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Consumers are also saving by substituting, buying the store brand over the national brand, but even with that change, the practical effect is still less-full pantries overall. According to research from Forbes, over half of respondents—51%—say they are buying fewer non-essential groceries, and 39% are buying fewer groceries altogether. Some 46% of respondents are using leftovers more often in an attempt to reduce food waste. Meanwhile, 49% are cooking more meals at home instead of ordering takeout, and 62% say they are dining out less frequently.

Even with these measures consumers still must spend on essentials, and we chose to highlight groceries because some of those items are getting hit with higher inflation than what is being measured by the overall level. For instance, a grocery cart of chicken, soda, toilet paper, bread, milk, coffee, cereal, rice, pasta, butter, apples, and bananas costs 14% more in October 2022 compared to a year earlier, whereas the overall inflation number is less than 8% year over year.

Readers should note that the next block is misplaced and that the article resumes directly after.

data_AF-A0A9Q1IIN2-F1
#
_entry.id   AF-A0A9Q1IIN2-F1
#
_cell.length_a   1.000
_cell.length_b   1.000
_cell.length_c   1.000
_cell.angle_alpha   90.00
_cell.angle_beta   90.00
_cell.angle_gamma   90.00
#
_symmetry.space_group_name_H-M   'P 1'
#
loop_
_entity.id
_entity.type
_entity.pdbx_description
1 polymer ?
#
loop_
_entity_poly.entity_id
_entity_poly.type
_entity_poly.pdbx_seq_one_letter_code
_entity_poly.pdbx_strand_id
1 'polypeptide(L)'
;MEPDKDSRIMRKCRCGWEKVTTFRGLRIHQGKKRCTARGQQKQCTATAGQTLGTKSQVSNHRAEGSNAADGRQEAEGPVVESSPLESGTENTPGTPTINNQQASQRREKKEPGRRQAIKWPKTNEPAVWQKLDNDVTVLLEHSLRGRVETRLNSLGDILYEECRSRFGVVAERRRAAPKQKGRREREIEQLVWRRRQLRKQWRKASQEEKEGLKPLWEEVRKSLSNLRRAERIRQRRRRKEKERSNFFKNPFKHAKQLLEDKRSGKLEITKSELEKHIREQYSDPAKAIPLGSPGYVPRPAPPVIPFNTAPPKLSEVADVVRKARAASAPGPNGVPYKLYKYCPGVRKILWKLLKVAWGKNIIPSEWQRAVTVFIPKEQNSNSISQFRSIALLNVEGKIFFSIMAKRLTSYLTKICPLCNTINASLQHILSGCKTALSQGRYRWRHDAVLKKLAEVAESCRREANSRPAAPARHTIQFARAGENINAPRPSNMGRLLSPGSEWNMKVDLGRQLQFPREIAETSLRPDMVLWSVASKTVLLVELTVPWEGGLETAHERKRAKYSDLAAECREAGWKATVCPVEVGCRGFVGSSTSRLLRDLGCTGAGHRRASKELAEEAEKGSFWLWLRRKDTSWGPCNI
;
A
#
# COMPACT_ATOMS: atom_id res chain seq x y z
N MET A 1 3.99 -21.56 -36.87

Many economic principles show direct relationships. When one factor increases, another decreases, and so on. The cost of food is one area where a negative impact on individual consumers may actually have a positive impact on the overall economy.

As consumers deplete their excess post-pandemic savings resources, they will be forced to spend less in the overall economy, thus driving down consumer spending and helping tame inflation.

This is a prime example of real world daily purchasing habits that have direct impact on U.S. inflationary values that extend both to general retail and our construction industry.

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